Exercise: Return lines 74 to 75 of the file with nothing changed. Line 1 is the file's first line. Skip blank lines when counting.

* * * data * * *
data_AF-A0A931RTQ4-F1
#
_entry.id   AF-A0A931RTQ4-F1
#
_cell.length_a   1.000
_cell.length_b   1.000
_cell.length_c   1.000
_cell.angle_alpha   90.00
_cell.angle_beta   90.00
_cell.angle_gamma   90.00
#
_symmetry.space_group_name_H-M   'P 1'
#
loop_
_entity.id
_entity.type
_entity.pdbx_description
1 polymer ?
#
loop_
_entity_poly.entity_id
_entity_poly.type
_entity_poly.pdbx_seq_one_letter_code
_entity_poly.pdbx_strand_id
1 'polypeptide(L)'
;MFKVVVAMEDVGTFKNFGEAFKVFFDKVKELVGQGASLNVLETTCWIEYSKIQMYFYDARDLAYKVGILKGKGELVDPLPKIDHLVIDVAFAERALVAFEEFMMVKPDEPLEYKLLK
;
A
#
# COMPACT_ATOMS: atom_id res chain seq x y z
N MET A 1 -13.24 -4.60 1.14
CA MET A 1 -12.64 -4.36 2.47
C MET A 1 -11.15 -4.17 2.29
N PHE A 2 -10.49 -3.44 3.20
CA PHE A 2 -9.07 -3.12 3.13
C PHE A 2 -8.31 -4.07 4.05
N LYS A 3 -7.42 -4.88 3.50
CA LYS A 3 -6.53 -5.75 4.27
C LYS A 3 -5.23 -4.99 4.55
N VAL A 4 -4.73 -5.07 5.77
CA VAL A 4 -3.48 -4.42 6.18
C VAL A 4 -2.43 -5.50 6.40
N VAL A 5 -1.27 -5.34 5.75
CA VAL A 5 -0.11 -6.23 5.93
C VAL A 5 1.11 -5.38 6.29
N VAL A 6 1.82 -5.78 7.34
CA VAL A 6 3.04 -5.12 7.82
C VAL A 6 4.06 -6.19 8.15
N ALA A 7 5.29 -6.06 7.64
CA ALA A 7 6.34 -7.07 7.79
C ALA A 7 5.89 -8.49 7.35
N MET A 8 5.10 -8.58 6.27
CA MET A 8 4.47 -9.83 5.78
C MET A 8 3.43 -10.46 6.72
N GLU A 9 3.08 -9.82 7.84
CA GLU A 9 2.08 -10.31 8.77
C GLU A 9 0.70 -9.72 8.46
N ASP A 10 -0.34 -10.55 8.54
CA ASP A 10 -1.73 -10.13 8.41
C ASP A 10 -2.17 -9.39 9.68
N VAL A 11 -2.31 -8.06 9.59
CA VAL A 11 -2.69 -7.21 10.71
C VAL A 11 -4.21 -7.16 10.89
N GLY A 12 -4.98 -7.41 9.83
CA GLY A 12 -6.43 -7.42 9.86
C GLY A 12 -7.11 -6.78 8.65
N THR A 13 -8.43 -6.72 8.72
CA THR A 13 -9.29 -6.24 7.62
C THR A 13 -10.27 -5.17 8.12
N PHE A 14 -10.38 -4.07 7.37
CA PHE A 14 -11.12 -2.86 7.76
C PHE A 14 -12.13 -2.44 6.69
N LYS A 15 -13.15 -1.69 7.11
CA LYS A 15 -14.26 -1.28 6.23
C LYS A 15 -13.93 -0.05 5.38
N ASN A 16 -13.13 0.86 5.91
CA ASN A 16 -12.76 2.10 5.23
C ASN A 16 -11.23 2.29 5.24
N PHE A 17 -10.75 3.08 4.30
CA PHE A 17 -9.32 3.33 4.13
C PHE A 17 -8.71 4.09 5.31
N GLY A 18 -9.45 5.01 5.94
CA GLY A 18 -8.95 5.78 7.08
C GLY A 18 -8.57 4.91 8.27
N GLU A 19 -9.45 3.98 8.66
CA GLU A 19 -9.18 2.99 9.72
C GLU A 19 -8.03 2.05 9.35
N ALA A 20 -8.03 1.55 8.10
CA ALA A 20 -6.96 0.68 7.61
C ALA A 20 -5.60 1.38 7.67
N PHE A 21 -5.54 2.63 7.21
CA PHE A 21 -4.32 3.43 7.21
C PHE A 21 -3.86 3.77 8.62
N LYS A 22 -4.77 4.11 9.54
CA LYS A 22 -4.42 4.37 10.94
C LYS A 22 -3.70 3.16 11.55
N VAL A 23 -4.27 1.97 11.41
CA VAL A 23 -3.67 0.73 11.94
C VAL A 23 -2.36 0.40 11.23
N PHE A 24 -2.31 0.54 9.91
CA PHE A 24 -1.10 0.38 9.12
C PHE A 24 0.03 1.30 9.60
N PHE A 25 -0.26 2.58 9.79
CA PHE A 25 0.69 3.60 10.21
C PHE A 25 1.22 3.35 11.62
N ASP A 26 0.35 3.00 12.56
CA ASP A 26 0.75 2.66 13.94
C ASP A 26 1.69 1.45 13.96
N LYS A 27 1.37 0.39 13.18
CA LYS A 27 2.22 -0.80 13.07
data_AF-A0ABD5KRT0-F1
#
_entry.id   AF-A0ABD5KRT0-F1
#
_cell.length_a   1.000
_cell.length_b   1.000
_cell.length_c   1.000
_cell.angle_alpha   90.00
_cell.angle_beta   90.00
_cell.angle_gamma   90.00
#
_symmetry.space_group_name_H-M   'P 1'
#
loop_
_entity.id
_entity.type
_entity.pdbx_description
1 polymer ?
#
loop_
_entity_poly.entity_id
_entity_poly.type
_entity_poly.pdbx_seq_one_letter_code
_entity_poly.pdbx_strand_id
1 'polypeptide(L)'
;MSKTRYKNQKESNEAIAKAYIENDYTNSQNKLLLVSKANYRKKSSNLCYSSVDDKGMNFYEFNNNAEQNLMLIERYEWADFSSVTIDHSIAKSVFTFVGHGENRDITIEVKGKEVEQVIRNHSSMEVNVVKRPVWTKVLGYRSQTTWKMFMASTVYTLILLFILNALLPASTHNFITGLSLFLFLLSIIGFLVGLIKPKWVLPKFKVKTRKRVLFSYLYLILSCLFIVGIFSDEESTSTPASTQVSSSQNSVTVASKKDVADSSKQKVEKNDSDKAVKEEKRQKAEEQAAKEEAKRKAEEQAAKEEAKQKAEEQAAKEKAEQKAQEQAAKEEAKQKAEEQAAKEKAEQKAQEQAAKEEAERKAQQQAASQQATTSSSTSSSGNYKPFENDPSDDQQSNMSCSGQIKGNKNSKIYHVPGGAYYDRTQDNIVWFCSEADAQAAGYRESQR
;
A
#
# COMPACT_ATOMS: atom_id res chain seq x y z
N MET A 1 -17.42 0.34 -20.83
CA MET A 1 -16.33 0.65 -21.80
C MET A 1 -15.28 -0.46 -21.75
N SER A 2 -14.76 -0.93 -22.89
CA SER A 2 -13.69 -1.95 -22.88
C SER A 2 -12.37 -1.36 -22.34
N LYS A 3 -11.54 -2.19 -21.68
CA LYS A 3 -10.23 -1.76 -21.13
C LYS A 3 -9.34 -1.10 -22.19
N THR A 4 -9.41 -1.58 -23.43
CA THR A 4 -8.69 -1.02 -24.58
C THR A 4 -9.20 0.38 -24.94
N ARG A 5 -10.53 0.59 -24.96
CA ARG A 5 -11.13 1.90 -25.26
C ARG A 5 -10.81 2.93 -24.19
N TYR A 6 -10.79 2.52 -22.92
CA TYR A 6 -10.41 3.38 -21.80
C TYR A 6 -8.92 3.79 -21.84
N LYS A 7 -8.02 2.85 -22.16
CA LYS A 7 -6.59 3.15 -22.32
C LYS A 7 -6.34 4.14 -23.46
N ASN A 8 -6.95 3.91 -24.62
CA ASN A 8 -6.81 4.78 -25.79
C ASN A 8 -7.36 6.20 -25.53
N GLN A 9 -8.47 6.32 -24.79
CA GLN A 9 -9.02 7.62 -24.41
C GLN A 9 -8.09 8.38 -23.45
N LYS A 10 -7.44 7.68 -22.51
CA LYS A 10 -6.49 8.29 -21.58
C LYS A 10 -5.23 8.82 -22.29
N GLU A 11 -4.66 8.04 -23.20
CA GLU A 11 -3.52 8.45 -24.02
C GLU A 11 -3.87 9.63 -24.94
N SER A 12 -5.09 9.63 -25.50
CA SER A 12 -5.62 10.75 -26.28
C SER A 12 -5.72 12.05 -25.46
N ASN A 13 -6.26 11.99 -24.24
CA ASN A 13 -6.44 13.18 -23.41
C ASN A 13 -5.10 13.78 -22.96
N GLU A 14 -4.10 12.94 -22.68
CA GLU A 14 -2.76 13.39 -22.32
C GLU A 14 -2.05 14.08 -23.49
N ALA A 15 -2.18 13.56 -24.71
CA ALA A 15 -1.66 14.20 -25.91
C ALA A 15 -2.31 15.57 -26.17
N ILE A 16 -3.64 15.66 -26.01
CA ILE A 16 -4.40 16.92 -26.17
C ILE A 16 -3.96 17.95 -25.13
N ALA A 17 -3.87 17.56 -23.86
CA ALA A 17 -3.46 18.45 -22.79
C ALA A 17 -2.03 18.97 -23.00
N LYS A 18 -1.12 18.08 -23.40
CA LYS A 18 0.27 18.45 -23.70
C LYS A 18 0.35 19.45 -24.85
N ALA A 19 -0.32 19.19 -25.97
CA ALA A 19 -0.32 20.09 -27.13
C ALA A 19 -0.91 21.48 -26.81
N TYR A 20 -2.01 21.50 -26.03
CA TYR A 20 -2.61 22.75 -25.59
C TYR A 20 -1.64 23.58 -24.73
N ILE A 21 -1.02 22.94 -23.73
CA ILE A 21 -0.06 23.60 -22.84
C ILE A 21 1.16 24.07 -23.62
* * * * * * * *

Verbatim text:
CA LYS A 15 -14.26 -1.28 6.23
C LYS A 15 -13.93 -0.05 5.38